Researchers led by Seoul National University's So Yeon Park report in Modern Pathology that a portion of HER2-amplified breast cancers have varying levels of HER2 gene amplification in different parts of the tumor. Using tissue microarrays, the researchers examined regional heterogeneity and genetic heterogeneity of HER2 gene amplification in 96 invasive breast cancers. Of the tumors they studied, 18 percent had regional heterogeneity and 11 percent had genetic heterogeneity. They further report that patients with intratumoral heterogeneity had shorter disease-free survival times than patients with homogeneous amplification levels, and that intratumoral heterogeneity may be an independent, prognostic factor for disease-free survival. This suggests, the authors add that "intratumoral heterogeneity of HER2 gene amplification may be associated with breast cancer progression."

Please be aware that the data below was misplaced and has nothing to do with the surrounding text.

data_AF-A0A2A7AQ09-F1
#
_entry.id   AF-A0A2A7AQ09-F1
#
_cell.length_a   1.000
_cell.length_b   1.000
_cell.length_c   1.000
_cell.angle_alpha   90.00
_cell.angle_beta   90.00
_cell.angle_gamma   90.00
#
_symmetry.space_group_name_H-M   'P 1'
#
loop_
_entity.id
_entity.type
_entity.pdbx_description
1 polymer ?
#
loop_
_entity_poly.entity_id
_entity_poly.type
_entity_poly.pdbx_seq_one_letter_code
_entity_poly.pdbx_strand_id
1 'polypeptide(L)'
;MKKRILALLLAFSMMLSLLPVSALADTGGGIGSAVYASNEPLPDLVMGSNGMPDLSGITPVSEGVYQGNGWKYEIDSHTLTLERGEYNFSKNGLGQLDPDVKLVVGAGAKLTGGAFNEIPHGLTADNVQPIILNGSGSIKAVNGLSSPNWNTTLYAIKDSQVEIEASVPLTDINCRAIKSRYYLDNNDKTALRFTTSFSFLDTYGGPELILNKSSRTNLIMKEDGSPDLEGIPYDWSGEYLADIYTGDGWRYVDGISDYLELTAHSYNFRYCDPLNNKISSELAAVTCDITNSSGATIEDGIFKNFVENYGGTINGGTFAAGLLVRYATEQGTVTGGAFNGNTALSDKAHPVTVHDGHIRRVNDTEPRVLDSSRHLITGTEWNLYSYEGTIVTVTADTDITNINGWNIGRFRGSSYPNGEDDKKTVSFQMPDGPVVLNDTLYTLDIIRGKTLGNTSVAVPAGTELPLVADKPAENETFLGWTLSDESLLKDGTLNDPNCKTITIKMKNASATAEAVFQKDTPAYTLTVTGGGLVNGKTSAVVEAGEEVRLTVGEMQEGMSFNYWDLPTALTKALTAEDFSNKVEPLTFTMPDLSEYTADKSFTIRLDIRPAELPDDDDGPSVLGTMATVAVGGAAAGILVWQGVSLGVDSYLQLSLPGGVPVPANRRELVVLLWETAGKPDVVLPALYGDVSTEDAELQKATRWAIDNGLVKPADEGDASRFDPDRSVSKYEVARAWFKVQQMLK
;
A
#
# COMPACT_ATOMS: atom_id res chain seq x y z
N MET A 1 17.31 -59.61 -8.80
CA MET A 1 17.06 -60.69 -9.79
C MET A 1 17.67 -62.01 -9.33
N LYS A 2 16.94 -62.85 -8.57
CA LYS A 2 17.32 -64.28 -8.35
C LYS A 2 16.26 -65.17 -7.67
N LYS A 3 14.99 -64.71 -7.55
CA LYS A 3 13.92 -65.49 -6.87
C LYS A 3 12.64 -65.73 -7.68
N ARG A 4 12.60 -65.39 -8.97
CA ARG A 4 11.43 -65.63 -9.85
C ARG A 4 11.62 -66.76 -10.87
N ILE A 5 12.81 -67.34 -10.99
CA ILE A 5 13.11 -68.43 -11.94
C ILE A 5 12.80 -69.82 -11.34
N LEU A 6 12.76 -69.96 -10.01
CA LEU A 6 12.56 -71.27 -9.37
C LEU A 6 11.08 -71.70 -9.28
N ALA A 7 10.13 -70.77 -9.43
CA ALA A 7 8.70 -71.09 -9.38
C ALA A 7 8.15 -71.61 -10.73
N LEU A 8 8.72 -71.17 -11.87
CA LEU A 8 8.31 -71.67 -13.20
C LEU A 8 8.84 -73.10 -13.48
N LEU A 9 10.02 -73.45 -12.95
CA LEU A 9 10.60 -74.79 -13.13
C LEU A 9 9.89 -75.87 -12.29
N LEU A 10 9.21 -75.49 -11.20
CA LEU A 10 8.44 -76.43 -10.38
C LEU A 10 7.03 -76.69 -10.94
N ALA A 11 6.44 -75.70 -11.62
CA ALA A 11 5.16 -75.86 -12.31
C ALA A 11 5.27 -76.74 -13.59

Also in the current issue of Modern Pathology, the University of California, San Francisco's Sanjay Kakar and colleagues write that chromosomal instability due to loss of heterozygosity is found in most cases of signet ring cell carcinoma. In their study, the researchers looked at microsatellite-instability status, methylation, BRAF mutation, KRAS mutation, and chromosomal instability in 33 signet ring cell carcinoma cases, and how the status of each factor correlated with survival. They observed the BRAF V600E mutation in a third of signet ring cell carcinomas and note that it is associated with poor outcome in microsatellite-stable signet ring cell carcinoma cases, though not in in high-level microsatellite-unstable tumors. "The high frequency of methylation and BRAF V600E mutation suggests that many signet ring cell carcinomas may be related to the serrated pathway of carcinogenesis," the researchers add.